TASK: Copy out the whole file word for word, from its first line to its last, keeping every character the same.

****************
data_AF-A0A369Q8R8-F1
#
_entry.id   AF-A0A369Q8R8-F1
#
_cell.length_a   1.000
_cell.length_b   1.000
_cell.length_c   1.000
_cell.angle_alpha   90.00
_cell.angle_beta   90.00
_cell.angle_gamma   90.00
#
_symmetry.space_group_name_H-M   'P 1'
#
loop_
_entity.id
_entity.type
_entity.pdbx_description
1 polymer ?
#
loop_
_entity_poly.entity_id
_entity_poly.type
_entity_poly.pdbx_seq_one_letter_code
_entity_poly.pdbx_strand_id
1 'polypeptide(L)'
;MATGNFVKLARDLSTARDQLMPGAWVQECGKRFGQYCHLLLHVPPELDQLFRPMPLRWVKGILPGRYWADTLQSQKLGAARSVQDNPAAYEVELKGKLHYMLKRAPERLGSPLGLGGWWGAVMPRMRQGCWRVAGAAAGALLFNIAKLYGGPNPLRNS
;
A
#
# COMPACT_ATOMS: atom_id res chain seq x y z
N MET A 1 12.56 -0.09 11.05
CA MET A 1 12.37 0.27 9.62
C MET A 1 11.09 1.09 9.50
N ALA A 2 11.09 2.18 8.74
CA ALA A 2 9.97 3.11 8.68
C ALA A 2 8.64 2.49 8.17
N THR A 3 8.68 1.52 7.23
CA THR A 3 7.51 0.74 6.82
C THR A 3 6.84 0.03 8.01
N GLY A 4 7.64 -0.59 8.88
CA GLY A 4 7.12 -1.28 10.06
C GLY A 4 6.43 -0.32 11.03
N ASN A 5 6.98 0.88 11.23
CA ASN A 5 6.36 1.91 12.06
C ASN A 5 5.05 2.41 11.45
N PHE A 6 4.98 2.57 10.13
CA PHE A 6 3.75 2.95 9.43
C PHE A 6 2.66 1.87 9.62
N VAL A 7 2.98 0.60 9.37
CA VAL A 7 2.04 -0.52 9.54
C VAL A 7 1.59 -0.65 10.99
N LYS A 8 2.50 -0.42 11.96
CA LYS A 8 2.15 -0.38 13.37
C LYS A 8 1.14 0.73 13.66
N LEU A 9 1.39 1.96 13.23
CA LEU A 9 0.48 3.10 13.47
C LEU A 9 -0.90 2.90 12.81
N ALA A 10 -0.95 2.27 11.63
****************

data_AF-A0A369Q8R8-F1
#
_entry.id   AF-A0A369Q8R8-F1
#
_cell.length_a   1.000
_cell.length_b   1.000
_cell.length_c   1.000
_cell.angle_alpha   90.00
_cell.angle_beta   90.00
_cell.angle_gamma   90.00
#
_symmetry.space_group_name_H-M   'P 1'
#
loop_
_entity.id
_entity.type
_entity.pdbx_description
1 polymer ?
#
loop_
_entity_poly.entity_id
_entity_poly.type
_entity_poly.pdbx_seq_one_letter_code
_entity_poly.pdbx_strand_id
1 'polypeptide(L)'
;MATGNFVKLARDLSTARDQLMPGAWVQECGKRFGQYCHLLLHVPPELDQLFRPMPLRWVKGILPGRYWADTLQSQKLGAARSVQDNPAAYEVELKGKLHYMLKRAPERLGSPLGLGGWWGAVMPRMRQGCWRVAGAAAGALLFNIAKLYGGPNPLRNS
;
A
#
# COMPACT_ATOMS: atom_id res chain seq x y z
N MET A 1 12.56 -0.09 11.05
CA MET A 1 12.37 0.27 9.62
C MET A 1 11.09 1.09 9.50
N ALA A 2 11.09 2.18 8.74
CA ALA A 2 9.97 3.11 8.68
C ALA A 2 8.64 2.49 8.17
N THR A 3 8.68 1.52 7.23
CA THR A 3 7.51 0.74 6.82
C THR A 3 6.84 0.03 8.01
N GLY A 4 7.64 -0.59 8.88
CA GLY A 4 7.12 -1.28 10.06
C GLY A 4 6.43 -0.32 11.03
N ASN A 5 6.98 0.88 11.23
CA ASN A 5 6.36 1.91 12.06
C ASN A 5 5.05 2.41 11.45
N PHE A 6 4.98 2.57 10.13
CA PHE A 6 3.75 2.95 9.43
C PHE A 6 2.66 1.87 9.62
N VAL A 7 2.98 0.60 9.37
CA VAL A 7 2.04 -0.52 9.54
C VAL A 7 1.59 -0.65 10.99
N LYS A 8 2.50 -0.42 11.96
CA LYS A 8 2.15 -0.38 13.37
C LYS A 8 1.14 0.73 13.66
N LEU A 9 1.39 1.96 13.23
CA LEU A 9 0.48 3.10 13.47
C LEU A 9 -0.90 2.90 12.81
N ALA A 10 -0.95 2.27 11.63